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By Bilal Hafeez 25-10-2019
In: post | Newsletter

Bilal’s Top Picks: WeWork No Play / Davos In Desert / World Boycotts Dollars

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(total reading time: 6 mins)

After reader’s feedback, we’ve added market implications to our article curations. Let me know what you think.

A common message in our curation is watch out for fake tech companies. Public markets will punish you. WeWork is the poster-boy for this and has simmered up worries of a new dot-com bubble. Meanwhile, new California laws may negatively impact gig-based companies.

On the macro side, heavyweight economist Jeffrey Frankel questions the dominance of the dollar in the global system. Elsewhere, measures are underway to limit Chinese capital flows to the US and the US military is worried about climate change. At the same time, there are now more wealthy Chinese than Americans.

Finally, check out our final article below. You’ll kiss me for it.

P.S. If you are hoping that your talents and hard work will make you wealthy – don’t worry, recent research shows it seems to be all based on pure luck.


Unsurprisingly, this week’s woes around Adam Neumann and his WeWork have been all the hype, raising some worries around a bubble forming. No need to be too concerned, however, as we don’t see a dot-com style crash on the horizon – private markets are learning from their mistakes.

The Not-Com Bubble is Popping (The Atlantic) Sees the recent tech company IPO failures are the exact opposite of the dot-com bubble. Now public investors do the hosing instead of getting hosed. That said, true tech companies, especially software ones, are showing little sign of crisis. Suggests shorting ‘fake’ tech companies and going long ‘true’ tech companies.

Airbnb’s WeWork Problem (Tech Crunch) Wall Street might have greater patience with Airbnb despite its massive Q1 2019 loss. Airbnb has more capital in the bank than it’s raised in the previous 11 years, some “cumulatively” positive free cash flows, and positive EBITDA for two consecutive years. Bullish AirBnB view.

How a Weaponized Dollar Could Backfire (Project Syndicate) The dominance of the dollar is at risk.  Many countries are looking to non-dollar currencies and alternative payment mechanisms to protect themselves from the Trump administration’s exploitation of the currency’s global supremacy. Bearish dollar argument.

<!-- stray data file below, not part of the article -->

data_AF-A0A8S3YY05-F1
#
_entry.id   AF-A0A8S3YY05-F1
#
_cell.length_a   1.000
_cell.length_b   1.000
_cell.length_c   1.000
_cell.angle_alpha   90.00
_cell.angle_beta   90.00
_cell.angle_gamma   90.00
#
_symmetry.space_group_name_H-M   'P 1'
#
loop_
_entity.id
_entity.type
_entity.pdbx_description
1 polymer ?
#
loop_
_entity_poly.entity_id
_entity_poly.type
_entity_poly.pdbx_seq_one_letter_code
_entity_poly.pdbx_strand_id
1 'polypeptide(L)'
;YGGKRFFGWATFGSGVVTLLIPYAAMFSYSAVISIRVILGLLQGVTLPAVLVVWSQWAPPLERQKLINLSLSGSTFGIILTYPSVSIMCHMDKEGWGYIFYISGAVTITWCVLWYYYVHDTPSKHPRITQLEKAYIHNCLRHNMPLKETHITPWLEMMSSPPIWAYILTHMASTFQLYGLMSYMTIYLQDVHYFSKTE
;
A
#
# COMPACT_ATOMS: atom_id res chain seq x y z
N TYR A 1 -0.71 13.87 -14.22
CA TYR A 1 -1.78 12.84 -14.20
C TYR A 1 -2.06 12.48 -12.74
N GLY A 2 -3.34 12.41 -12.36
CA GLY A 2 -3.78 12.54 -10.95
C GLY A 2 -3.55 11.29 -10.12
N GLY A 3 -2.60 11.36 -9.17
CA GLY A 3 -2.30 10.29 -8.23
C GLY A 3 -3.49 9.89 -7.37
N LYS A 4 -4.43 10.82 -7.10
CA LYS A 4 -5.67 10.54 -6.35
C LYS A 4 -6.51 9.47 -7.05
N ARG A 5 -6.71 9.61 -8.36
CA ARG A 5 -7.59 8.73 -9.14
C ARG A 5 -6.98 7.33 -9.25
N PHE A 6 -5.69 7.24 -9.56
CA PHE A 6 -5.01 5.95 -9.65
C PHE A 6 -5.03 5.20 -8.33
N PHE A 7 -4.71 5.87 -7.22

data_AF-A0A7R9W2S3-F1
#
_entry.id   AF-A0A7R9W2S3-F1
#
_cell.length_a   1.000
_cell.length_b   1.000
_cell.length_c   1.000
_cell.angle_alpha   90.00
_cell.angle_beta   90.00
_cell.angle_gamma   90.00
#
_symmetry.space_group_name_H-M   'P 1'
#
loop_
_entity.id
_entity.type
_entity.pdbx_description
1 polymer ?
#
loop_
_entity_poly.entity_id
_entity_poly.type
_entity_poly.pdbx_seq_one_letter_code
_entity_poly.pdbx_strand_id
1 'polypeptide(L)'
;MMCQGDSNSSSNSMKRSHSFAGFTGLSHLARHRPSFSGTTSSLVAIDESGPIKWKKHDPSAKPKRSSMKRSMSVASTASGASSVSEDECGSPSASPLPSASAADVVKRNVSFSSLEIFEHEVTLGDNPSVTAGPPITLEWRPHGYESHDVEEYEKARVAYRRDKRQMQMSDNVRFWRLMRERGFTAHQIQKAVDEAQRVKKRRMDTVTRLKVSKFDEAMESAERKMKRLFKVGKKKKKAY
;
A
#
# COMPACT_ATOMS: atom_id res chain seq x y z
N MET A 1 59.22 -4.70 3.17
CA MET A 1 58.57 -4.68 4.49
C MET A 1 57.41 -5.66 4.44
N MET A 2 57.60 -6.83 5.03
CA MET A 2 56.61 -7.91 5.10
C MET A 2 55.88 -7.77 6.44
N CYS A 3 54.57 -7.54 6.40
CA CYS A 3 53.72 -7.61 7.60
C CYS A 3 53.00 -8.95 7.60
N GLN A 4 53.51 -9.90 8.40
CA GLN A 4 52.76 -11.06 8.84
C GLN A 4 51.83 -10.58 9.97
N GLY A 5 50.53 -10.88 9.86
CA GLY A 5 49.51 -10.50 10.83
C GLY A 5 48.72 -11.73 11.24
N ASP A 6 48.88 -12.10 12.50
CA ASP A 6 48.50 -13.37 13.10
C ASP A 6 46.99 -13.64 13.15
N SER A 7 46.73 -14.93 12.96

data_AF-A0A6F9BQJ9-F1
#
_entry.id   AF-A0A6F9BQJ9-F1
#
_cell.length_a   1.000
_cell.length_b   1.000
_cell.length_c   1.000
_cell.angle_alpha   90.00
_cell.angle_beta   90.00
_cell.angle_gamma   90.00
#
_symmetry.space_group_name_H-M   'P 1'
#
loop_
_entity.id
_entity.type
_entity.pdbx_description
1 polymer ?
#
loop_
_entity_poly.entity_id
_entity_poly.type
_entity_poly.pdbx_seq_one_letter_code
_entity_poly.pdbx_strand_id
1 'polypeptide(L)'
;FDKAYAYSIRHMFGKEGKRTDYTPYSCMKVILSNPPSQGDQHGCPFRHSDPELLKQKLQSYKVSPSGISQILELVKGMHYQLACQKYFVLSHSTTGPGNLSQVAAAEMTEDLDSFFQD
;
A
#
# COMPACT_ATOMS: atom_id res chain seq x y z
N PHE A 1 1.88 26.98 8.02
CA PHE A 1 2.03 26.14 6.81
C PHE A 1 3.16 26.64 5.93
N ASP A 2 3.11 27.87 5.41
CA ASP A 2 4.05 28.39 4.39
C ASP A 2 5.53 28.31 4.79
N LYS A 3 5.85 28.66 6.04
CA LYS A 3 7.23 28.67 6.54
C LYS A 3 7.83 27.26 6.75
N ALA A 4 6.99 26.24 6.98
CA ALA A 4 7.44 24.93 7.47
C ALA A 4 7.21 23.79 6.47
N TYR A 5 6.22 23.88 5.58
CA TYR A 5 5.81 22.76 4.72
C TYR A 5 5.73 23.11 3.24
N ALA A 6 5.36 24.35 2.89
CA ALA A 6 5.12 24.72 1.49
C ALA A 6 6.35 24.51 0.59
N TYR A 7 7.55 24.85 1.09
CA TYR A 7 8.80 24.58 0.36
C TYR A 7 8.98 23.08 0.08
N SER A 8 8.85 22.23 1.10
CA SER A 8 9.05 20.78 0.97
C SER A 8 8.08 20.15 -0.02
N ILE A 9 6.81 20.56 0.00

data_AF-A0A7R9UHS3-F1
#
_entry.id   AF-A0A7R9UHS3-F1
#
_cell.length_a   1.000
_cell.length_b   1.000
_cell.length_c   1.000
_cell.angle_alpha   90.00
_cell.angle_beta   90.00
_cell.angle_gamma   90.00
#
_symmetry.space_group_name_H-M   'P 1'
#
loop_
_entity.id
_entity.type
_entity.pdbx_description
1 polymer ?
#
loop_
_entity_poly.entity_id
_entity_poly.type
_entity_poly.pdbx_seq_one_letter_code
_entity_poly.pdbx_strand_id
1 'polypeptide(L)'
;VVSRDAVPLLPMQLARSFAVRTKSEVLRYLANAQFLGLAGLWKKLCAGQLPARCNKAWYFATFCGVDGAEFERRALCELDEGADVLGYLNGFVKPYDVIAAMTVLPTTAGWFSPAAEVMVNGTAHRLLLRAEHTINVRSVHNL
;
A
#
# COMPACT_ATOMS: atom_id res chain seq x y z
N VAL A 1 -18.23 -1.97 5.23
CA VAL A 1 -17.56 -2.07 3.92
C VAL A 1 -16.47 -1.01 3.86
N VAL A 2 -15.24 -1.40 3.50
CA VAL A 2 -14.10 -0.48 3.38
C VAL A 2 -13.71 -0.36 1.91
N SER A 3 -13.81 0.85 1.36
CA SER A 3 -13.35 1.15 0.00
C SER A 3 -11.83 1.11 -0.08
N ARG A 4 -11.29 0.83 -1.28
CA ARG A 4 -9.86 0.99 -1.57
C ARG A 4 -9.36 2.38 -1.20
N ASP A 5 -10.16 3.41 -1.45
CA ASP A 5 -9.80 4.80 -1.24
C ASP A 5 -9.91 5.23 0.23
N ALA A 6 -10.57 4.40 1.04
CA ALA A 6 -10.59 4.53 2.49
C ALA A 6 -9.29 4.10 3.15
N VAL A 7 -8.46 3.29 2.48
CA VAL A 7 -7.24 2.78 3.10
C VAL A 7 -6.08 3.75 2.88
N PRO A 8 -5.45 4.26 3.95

With a few new Central Bankers settling in, and the UK about to select its new Governor, the uncertainty around their next move remains. Earlier this week we discussed the few specific ways to make QE work, given it now seems inevitable – now we look at how politics might play with fiscal stimulus. We also feature a great analysis on why the Philips curve is still relevant and why the Fed should do all it takes to foster expansion.

Can Tariffs Have a Deflationary Impact? (The Library of Economics and Liberty) Not all tariffs are inflationary. Famously, the Depression-era Smoot-Hawley tariff reduced aggregate demand by enough to offset any inflationary impact. It contributed to causing the Great Depression. Bearish growth and equities.

Objectives and Boundaries of Monetary Policy: A Governor to Renew the Bank of England’s Monetary Vows (VOX) Warns thatthe credibility of central banks gained after decades of hard work could be unwound by a new era of economic populism. This could be accelerated by central banks issuing short-term debt to help the governments fund their spending sprees. Suggests yield curve steepening.

The Phillips Curve: Dead or Alive (VOX) Argues that the Philips curve, which links employment to inflation, is not dead as many believe but just in hibernation. It will wake up – this has happened before in the 1960s  and history could repeat. Recommends the Fed’s to keep the economic expansion going, especially as unemployment could fall below natural rate estimates. Bulish rate markets.

The way we work and do research is vastly changing thanks to tech and the automation it brings. There are worries around potential protests emerging from low-skilled workers but also from Academics. We also look at the continuing discussion around inequality, some widely dropping revenue sources in cities and how we can possibly tax the rich more.

Taxing Billionaires: Estate Taxes and the Geographical Location of the Ultra-Wealthy (NBER) Billionaires’ geographical location is highly sensitive to state estate taxes. For state-level policymaking, one-time tax revenue gains following the death of a wealthy resident often exceeds the foregone revenues over the remaining lifetime of those who relocate. Bearish state finances and munis.

More Power to the People: Electricity Adoption, Technological Change and Social Conflict (VOX) Uses a historical case of a new technology “shock” (electrification) in Sweden to predict potential reactions to the increasing automation. Finds more local strikes are likely, especially from lower skilled workers, but not against the technology itself, but for higher wages. Suggests higher inflation, therefore bearish rates.